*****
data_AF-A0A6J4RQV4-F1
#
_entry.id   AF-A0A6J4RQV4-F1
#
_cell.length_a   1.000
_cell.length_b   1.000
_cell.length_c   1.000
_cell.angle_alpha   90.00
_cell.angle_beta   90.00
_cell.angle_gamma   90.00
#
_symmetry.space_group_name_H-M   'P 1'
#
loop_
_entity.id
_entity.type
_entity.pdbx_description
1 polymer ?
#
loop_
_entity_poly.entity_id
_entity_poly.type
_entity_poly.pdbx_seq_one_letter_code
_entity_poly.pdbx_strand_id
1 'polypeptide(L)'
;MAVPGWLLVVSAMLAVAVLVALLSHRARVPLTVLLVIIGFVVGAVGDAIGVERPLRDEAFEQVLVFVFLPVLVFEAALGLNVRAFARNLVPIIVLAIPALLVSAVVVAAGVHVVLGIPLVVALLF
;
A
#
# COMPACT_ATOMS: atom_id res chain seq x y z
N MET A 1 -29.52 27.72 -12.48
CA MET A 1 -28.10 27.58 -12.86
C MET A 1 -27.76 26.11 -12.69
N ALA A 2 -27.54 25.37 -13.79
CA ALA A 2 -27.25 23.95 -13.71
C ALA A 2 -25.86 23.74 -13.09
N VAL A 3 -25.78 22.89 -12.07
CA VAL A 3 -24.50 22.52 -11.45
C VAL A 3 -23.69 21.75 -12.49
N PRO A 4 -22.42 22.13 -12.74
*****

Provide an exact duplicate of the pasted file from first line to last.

data_AF-A0A6J4RQV4-F1
#
_entry.id   AF-A0A6J4RQV4-F1
#
_cell.length_a   1.000
_cell.length_b   1.000
_cell.length_c   1.000
_cell.angle_alpha   90.00
_cell.angle_beta   90.00
_cell.angle_gamma   90.00
#
_symmetry.space_group_name_H-M   'P 1'
#
loop_
_entity.id
_entity.type
_entity.pdbx_description
1 polymer ?
#
loop_
_entity_poly.entity_id
_entity_poly.type
_entity_poly.pdbx_seq_one_letter_code
_entity_poly.pdbx_strand_id
1 'polypeptide(L)'
;MAVPGWLLVVSAMLAVAVLVALLSHRARVPLTVLLVIIGFVVGAVGDAIGVERPLRDEAFEQVLVFVFLPVLVFEAALGLNVRAFARNLVPIIVLAIPALLVSAVVVAAGVHVVLGIPLVVALLF
;
A
#
# COMPACT_ATOMS: atom_id res chain seq x y z
N MET A 1 -29.52 27.72 -12.48
CA MET A 1 -28.10 27.58 -12.86
C MET A 1 -27.76 26.11 -12.69
N ALA A 2 -27.54 25.37 -13.79
CA ALA A 2 -27.25 23.95 -13.71
C ALA A 2 -25.86 23.74 -13.09
N VAL A 3 -25.78 22.89 -12.07
CA VAL A 3 -24.50 22.52 -11.45
C VAL A 3 -23.69 21.75 -12.49
N PRO A 4 -22.42 22.13 -12.74